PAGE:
S. H. Kress & Co. was a chain of “five and dime” department stores in various parts of the United States, which began operations in 1896. Five and dime stores were the original dollar stores, selling goods for a nickel or a dime. Samuel H. Kress opened the first Tampa store on Franklin Street in 1900. In 1929, just before the Great Depression, he demolished the structure and built the amazing structure that stands today between a former Woolworth and a former J.J. Newsberry.
Kress envisioned his stores as works of public art that would contribute to the cityscape. Kress’ team of architects designed each store to stand out but to fit in with the surrounding architecture. Each store had unique fine architecture and the building in Tampa was no different, with its bronze marquees, coats of arms and Renaissance Revival terra-cotta facades, including glazed multi-colored trim. A number of former Kress stores are recognized as architectural landmarks and many are listed on the National Register of Historic Places, including this building as well as three more in the state of Florida.
Photo(Nomeus, 2007 – Flurbex.com): The bottom floor has been stripped and is occasionally used for special events.
In 1964 Genesco, Inc. bought Kress and abandoned its center-city stores and moved to shopping malls. The liquidation of Kress began in 1980, with the store in Tampa closing in 1981.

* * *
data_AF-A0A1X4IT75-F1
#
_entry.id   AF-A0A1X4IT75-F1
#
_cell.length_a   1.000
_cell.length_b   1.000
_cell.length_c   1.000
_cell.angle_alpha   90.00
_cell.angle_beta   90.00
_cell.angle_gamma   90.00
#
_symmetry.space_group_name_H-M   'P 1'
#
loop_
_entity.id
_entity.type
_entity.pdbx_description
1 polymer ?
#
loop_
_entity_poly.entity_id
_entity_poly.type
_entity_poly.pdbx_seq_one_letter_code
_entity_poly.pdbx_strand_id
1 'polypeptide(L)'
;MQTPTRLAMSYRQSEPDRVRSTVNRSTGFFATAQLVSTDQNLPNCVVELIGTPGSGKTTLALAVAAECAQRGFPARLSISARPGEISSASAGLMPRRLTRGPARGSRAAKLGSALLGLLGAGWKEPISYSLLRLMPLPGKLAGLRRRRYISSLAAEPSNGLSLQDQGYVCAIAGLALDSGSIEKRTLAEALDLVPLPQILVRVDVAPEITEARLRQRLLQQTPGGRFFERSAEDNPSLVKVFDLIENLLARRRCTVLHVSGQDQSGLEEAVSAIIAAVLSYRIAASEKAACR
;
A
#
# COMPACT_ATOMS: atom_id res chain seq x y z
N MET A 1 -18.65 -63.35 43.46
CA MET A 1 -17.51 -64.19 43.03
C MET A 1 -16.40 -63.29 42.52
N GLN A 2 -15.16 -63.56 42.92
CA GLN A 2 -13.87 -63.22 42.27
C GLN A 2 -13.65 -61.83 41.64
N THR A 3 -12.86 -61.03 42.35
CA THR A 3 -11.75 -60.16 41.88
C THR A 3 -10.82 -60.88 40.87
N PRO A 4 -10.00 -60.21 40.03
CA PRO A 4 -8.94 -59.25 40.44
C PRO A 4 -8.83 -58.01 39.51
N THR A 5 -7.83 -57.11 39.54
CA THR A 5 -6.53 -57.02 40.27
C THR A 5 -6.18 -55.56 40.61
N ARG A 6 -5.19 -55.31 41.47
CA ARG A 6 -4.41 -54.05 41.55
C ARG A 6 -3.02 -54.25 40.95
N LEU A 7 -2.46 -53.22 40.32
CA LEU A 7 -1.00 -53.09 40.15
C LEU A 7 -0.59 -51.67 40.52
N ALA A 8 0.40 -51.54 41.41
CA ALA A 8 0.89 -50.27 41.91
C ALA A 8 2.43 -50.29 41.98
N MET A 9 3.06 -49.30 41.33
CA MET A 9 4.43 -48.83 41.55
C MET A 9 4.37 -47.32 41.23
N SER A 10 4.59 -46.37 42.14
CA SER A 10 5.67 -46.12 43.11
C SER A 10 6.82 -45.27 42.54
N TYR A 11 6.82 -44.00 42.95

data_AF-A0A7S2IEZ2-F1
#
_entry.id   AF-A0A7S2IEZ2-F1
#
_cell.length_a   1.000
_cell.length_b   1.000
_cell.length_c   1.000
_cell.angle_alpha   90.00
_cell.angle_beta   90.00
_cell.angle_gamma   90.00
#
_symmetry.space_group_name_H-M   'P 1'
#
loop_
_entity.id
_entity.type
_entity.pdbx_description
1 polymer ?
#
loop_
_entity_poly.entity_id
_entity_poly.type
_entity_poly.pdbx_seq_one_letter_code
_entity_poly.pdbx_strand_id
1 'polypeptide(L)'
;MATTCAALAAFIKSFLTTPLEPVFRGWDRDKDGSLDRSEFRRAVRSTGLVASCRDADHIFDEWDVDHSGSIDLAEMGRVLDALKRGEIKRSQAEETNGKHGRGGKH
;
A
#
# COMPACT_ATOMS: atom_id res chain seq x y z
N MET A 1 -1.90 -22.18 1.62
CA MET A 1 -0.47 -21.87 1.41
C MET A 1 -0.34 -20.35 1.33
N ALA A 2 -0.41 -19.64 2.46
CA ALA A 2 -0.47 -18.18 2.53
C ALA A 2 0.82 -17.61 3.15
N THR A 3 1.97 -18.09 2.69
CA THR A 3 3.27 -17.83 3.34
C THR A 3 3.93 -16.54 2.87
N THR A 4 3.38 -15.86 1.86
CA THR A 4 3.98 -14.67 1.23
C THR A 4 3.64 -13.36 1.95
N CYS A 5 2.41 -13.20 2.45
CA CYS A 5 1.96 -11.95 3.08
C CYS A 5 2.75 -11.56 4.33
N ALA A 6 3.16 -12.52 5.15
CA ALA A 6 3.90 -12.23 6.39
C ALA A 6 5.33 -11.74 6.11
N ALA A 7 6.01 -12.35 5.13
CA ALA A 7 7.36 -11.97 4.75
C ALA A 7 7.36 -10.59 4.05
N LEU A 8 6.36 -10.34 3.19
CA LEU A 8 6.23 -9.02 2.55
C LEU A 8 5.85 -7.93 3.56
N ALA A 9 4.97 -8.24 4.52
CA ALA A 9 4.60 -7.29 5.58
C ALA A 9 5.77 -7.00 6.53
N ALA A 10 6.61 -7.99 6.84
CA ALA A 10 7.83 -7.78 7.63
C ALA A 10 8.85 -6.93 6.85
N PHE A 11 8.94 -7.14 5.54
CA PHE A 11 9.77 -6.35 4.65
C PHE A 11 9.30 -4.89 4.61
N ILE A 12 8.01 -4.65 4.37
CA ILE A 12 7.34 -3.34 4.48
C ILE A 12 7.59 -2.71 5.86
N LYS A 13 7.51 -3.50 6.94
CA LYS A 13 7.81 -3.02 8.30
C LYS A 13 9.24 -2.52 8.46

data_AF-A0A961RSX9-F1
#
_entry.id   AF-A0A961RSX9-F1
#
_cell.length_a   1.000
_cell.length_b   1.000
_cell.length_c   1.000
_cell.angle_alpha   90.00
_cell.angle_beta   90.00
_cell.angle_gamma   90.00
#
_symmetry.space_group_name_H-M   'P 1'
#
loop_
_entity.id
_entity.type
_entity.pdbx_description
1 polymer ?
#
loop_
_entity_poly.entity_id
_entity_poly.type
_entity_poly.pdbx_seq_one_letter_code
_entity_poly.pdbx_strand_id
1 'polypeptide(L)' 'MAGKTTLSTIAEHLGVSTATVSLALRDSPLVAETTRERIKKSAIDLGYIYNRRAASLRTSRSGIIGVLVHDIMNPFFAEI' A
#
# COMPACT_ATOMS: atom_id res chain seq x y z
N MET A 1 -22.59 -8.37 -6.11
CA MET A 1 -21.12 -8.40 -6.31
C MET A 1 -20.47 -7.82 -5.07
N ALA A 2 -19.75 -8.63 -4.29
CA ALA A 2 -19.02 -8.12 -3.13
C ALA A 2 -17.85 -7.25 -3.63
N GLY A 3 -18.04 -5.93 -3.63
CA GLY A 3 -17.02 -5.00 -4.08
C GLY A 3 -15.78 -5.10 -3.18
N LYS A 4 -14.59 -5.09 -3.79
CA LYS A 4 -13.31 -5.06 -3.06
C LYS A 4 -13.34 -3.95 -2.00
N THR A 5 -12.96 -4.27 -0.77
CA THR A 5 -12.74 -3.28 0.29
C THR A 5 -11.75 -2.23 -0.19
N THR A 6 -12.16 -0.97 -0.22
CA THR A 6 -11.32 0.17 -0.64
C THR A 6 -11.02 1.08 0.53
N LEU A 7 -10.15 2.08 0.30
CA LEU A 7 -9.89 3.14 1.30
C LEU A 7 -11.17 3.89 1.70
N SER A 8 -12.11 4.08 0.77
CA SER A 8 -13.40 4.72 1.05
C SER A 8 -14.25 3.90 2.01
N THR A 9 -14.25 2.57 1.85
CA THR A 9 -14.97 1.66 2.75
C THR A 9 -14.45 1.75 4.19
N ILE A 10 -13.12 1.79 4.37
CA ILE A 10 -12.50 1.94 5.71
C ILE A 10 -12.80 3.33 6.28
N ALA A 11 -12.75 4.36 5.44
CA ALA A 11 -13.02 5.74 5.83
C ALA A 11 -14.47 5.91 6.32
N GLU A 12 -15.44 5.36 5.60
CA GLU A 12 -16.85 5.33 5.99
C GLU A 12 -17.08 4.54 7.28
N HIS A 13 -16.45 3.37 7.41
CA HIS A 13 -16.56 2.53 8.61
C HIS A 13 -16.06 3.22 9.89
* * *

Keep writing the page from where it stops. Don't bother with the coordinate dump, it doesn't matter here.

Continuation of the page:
Though, the Kress building was added to the National Register of Historic Places on April 7, 1983, the building has slowly deteriorated. Plans to renovate the building along with the J.J. Newberry next door have been talked about since it’s closing. The most disastrous, to this author’s opinion, was that of Richard Wellhouse Stein, whose idea was to redo the exterior of the J.J. Newberry to complement the Kress building and to add nine-stories and an atrium to the top of them.
In 2006, at the recommendation of the city’s Historic Preservation Commission, the city council landmarked the S.H. Kress building and the facades of the adjacent Woolworth and J.J. Newberry buildings. The Kress building is currently undergoing renovation.
Photo(Nomeus, 2007 – Flurbex.com): Stairs leading down into the flooded basement